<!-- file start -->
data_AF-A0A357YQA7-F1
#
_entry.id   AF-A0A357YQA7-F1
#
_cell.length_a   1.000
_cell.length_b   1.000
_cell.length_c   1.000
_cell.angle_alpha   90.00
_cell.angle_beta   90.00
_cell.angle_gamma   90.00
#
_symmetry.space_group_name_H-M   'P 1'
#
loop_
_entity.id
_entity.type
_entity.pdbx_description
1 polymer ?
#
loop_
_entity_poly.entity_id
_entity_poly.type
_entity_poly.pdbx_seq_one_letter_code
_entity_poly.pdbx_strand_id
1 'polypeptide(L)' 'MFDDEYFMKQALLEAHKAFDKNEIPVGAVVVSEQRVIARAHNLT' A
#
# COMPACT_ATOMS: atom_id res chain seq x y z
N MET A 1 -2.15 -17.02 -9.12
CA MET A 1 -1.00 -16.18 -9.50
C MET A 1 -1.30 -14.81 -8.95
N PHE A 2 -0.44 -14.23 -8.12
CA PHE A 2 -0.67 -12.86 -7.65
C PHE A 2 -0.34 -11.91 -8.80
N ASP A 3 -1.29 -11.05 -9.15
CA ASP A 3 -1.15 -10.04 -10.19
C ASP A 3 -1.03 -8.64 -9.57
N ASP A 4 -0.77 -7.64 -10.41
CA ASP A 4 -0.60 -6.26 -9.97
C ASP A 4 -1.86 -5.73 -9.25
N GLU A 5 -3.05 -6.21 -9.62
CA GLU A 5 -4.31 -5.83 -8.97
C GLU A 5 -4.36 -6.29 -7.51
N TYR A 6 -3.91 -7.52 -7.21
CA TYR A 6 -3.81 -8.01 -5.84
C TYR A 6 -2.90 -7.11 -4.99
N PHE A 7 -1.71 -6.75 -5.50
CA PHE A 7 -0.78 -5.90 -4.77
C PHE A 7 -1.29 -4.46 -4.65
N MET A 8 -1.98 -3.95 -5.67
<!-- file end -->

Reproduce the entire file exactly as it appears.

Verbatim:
data_AF-A0A357YQA7-F1
#
_entry.id   AF-A0A357YQA7-F1
#
_cell.length_a   1.000
_cell.length_b   1.000
_cell.length_c   1.000
_cell.angle_alpha   90.00
_cell.angle_beta   90.00
_cell.angle_gamma   90.00
#
_symmetry.space_group_name_H-M   'P 1'
#
loop_
_entity.id
_entity.type
_entity.pdbx_description
1 polymer ?
#
loop_
_entity_poly.entity_id
_entity_poly.type
_entity_poly.pdbx_seq_one_letter_code
_entity_poly.pdbx_strand_id
1 'polypeptide(L)' 'MFDDEYFMKQALLEAHKAFDKNEIPVGAVVVSEQRVIARAHNLT' A
#
# COMPACT_ATOMS: atom_id res chain seq x y z
N MET A 1 -2.15 -17.02 -9.12
CA MET A 1 -1.00 -16.18 -9.50
C MET A 1 -1.30 -14.81 -8.95
N PHE A 2 -0.44 -14.23 -8.12
CA PHE A 2 -0.67 -12.86 -7.65
C PHE A 2 -0.34 -11.91 -8.80
N ASP A 3 -1.29 -11.05 -9.15
CA ASP A 3 -1.15 -10.04 -10.19
C ASP A 3 -1.03 -8.64 -9.57
N ASP A 4 -0.77 -7.64 -10.41
CA ASP A 4 -0.60 -6.26 -9.97
C ASP A 4 -1.86 -5.73 -9.25
N GLU A 5 -3.05 -6.21 -9.62
CA GLU A 5 -4.31 -5.83 -8.97
C GLU A 5 -4.36 -6.29 -7.51
N TYR A 6 -3.91 -7.52 -7.21
CA TYR A 6 -3.81 -8.01 -5.84
C TYR A 6 -2.90 -7.11 -4.99
N PHE A 7 -1.71 -6.75 -5.50
CA PHE A 7 -0.78 -5.90 -4.77
C PHE A 7 -1.29 -4.46 -4.65
N MET A 8 -1.98 -3.95 -5.67